For the past 42 years, Verne Lundquist made his home nearly every Saturday of the college football season in a broadcast booth. It’s no surprise, then, that after calling Army’s 21-17 win over Navy this Saturday — his final college football broadcast ever — the 76-year-old got a little emotional.
Lundquist, who has held the job with CBS Sports since 2000, held it together at first, recalling the first time he saw a college football game in 1952.
“Notre Dame beat Texas, 14-3, in what is now Darrell Royal Stadium in my hometown of Austin,” he said. “I watched the game while selling soft drink in north end-zone stands — a nickel a bottle — I was 12 years old. That game instilled in me a love of a sport that has enriched my life in a multitude of ways.”
The first game Lundquist called was Ohio-Kent State in September 1974.
“A young graduate assistant for Kent State was in his first year of coaching. His name was Nick Saban,” Lundquist said, recalling the longevity of the careers of both himself and Saban, now the storied head coach at Alabama.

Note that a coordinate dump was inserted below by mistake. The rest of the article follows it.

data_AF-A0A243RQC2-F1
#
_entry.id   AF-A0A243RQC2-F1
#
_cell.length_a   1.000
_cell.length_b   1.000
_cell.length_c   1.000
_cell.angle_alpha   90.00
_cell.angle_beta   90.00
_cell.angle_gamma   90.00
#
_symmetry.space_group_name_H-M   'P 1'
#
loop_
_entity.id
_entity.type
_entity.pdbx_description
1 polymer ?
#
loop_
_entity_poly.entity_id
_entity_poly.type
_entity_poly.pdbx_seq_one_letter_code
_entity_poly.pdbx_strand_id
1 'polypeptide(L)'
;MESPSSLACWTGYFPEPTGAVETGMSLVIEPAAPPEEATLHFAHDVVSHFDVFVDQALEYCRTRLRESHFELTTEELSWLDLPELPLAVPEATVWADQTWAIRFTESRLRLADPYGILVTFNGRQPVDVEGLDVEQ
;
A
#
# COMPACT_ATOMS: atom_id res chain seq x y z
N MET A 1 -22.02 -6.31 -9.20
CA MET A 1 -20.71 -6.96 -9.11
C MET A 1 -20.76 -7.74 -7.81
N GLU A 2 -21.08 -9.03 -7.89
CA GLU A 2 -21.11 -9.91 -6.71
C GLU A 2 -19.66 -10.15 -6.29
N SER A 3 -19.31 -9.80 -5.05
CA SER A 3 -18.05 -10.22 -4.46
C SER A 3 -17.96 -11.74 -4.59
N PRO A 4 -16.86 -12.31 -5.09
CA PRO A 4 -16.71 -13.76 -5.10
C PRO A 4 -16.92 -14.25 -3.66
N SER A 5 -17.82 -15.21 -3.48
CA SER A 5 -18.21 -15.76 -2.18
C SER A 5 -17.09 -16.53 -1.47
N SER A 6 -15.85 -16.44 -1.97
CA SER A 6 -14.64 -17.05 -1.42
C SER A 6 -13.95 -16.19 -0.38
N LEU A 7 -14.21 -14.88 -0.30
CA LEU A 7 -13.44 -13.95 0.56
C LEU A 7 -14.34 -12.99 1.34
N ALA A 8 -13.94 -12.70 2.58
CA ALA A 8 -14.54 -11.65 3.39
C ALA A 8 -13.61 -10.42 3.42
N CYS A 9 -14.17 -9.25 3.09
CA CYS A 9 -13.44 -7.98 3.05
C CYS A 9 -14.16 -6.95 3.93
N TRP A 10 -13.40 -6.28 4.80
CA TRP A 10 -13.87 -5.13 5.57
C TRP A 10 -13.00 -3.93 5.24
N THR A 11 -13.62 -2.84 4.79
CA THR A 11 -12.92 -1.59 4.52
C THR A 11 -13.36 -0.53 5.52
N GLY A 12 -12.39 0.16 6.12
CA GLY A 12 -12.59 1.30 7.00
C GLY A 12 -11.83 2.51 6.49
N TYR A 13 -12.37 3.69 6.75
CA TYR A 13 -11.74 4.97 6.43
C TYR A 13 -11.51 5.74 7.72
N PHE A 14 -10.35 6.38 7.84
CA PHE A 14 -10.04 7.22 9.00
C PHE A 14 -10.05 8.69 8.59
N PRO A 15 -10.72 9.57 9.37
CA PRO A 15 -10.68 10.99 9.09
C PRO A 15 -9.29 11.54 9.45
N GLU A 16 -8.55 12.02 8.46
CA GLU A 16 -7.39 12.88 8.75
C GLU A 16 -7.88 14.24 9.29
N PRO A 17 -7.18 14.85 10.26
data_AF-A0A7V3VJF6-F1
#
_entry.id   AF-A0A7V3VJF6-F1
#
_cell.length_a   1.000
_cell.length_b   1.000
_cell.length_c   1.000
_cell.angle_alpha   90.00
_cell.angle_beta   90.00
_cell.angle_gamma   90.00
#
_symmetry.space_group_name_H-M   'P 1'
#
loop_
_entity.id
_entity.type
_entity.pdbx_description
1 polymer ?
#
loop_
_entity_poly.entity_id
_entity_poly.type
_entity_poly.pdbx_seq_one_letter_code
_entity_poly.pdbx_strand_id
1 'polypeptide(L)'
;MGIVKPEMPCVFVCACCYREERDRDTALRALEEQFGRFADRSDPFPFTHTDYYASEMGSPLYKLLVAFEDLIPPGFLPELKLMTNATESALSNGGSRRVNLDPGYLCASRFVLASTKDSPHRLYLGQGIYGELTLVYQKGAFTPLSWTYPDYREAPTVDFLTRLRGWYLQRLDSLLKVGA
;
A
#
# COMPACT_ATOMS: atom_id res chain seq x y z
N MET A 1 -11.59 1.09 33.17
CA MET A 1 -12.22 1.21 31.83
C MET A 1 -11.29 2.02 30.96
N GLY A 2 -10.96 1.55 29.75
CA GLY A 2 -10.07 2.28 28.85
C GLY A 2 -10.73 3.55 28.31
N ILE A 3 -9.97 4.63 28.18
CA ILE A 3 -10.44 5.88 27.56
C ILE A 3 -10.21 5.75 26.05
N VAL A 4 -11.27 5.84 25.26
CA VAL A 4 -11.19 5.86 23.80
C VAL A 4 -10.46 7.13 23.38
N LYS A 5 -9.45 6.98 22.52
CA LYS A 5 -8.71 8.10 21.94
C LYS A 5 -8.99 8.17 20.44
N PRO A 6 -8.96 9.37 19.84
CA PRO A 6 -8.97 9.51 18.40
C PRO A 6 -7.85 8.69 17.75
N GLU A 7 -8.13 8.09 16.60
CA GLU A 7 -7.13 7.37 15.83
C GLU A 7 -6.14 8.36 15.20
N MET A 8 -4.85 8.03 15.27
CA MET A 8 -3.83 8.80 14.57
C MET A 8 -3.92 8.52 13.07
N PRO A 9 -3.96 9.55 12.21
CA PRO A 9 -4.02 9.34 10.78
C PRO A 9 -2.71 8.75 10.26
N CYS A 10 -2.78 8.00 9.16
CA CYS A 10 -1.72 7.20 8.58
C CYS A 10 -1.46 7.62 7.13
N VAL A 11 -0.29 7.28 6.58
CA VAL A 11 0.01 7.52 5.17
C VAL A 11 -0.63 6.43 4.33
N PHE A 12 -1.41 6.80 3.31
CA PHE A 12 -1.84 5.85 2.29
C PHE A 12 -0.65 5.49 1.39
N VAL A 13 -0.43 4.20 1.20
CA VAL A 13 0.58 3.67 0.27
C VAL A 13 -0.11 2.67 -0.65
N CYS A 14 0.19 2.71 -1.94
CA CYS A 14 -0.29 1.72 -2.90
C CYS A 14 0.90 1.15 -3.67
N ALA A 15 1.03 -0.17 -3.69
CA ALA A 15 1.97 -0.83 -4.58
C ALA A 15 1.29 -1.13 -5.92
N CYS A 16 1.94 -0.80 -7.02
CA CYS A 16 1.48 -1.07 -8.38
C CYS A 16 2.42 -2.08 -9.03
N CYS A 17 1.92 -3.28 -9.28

That’s when Lundquist became a bit tearful.
“Today, after hundreds of Saturday afternoons on the air, it’s time to step aside with a grateful nod to all of you who’ve been watching over the decades,” he said, before expressing his gratitude to CBS Sports’ staff, his broadcast colleagues and, finally, his wife.
“Here’s the tough part,” Lundquist went on. “Most of all, to my lovely and amazing wife, Nancy. We’ve shared this journey for 34 years and counting. She has been in the booth for every game this season, and our crew admirers her as much as I do.”
He continued: “This final season has been filled with nostalgia, sentiment and celebration. I’ve been overwhelmed by the expressions of warmth and the conveyance of good wishes by folks in the SEC and around the country.”
Lundquist ended his sign off by welcoming Brad Nessler, the man who will fill his position after several years at ESPN and ABC, and reminding his fans that he’s not going “into hiding.” Lundquist reiterated that he plans to continue covering college basketball and golf for the network.
“I’ll see all of you during March Madness, and I’ll yell at you from the 16 tower at the Masters,” he said. “Till then, thank you.”